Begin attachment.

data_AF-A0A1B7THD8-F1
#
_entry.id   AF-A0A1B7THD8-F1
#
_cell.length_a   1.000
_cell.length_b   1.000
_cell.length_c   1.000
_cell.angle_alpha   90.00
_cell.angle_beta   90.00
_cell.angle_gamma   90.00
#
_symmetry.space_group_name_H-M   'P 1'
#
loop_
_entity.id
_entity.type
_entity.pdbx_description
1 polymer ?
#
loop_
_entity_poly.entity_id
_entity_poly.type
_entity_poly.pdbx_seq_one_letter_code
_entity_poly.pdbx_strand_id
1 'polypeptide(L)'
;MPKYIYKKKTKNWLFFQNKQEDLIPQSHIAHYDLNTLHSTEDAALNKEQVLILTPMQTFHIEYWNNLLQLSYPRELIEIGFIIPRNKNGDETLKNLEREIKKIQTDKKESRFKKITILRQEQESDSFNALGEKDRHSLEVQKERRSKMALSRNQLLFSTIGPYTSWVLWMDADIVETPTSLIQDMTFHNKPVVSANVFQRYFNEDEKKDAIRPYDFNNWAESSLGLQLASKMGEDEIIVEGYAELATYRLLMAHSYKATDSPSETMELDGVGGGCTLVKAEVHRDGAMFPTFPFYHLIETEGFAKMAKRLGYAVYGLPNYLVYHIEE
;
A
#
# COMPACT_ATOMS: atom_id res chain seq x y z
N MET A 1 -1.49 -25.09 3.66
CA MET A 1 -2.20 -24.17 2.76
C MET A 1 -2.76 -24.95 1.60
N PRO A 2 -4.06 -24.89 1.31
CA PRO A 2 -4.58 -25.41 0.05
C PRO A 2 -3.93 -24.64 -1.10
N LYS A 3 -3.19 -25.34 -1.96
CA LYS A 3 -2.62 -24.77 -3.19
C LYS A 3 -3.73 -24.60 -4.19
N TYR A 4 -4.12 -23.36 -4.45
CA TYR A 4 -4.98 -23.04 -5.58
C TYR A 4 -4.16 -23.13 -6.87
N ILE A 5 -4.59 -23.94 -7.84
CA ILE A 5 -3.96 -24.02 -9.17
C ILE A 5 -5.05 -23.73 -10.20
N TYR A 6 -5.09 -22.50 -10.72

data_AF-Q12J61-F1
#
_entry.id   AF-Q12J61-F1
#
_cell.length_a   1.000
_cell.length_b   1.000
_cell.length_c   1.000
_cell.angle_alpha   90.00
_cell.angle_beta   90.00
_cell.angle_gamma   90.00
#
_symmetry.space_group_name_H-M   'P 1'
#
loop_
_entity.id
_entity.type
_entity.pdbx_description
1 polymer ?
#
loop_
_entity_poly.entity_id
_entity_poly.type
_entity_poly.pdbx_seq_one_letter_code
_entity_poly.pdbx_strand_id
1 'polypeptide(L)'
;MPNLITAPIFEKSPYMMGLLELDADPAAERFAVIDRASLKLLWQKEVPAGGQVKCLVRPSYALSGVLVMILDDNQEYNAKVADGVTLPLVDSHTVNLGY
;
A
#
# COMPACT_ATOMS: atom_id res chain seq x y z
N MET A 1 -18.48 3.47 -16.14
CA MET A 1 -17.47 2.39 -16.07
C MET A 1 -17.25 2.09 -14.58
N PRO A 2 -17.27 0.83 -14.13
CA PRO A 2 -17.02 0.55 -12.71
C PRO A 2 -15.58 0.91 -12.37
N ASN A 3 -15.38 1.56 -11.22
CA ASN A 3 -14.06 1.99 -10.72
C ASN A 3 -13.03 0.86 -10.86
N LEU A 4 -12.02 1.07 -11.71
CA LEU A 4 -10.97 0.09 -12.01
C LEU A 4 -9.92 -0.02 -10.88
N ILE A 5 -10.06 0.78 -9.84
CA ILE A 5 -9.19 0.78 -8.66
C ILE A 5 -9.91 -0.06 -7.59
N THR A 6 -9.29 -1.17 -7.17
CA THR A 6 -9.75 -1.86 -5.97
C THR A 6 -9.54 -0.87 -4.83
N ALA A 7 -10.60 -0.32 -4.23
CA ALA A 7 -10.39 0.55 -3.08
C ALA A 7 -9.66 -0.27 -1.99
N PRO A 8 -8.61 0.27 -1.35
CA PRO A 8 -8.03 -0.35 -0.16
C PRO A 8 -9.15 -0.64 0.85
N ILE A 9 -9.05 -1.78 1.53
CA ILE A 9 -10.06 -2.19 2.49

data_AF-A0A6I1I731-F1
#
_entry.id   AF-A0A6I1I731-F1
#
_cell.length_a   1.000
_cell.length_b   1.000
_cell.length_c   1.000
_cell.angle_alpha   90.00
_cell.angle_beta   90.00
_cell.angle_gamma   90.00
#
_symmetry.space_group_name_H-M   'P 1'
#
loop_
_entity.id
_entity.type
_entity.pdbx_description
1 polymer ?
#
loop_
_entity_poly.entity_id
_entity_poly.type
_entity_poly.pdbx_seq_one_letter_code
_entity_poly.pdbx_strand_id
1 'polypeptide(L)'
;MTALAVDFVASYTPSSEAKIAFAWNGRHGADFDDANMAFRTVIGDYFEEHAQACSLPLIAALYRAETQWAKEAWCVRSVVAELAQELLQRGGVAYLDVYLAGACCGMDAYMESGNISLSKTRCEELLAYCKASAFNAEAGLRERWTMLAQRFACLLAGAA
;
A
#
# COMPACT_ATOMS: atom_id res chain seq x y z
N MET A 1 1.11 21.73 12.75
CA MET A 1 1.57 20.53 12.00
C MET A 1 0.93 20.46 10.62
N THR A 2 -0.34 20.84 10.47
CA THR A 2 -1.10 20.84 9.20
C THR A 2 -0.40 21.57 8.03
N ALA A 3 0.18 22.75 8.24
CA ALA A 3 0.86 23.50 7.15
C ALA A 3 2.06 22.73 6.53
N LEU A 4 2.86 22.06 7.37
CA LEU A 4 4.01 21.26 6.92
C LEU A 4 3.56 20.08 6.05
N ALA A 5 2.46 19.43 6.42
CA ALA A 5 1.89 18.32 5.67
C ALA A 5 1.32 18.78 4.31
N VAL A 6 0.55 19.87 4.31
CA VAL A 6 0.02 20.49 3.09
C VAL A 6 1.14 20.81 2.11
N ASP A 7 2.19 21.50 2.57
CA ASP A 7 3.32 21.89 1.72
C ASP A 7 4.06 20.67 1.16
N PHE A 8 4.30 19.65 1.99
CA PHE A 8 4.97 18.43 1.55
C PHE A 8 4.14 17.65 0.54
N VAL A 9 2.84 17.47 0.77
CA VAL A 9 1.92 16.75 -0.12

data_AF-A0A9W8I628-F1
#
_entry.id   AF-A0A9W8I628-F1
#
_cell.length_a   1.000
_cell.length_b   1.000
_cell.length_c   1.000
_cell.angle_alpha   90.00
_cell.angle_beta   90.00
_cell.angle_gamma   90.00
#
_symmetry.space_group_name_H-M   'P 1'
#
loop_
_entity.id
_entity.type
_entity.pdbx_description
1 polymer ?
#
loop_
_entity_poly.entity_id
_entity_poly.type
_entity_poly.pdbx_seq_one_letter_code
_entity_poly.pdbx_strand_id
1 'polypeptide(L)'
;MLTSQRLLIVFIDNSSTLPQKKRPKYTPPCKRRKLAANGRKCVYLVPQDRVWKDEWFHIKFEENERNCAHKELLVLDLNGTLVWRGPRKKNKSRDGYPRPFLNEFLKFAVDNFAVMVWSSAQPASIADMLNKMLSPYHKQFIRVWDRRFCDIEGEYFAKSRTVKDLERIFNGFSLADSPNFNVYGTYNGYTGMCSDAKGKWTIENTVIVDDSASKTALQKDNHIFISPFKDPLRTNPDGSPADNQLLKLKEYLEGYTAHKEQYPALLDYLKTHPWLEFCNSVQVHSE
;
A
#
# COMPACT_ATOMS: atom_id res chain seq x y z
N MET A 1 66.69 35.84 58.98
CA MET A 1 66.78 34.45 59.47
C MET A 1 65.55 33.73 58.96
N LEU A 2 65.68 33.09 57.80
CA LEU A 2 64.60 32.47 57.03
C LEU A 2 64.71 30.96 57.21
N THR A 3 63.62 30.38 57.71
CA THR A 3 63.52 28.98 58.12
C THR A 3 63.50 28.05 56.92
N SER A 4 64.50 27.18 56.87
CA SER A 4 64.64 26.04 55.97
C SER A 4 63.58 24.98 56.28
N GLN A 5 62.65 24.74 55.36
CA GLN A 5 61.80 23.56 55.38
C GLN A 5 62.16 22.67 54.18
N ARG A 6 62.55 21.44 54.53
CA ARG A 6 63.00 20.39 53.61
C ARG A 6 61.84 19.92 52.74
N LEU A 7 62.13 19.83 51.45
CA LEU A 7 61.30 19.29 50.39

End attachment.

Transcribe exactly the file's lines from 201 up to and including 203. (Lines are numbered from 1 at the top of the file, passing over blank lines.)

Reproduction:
N GLN A 5 62.65 24.74 55.36
CA GLN A 5 61.80 23.56 55.38
C GLN A 5 62.16 22.67 54.18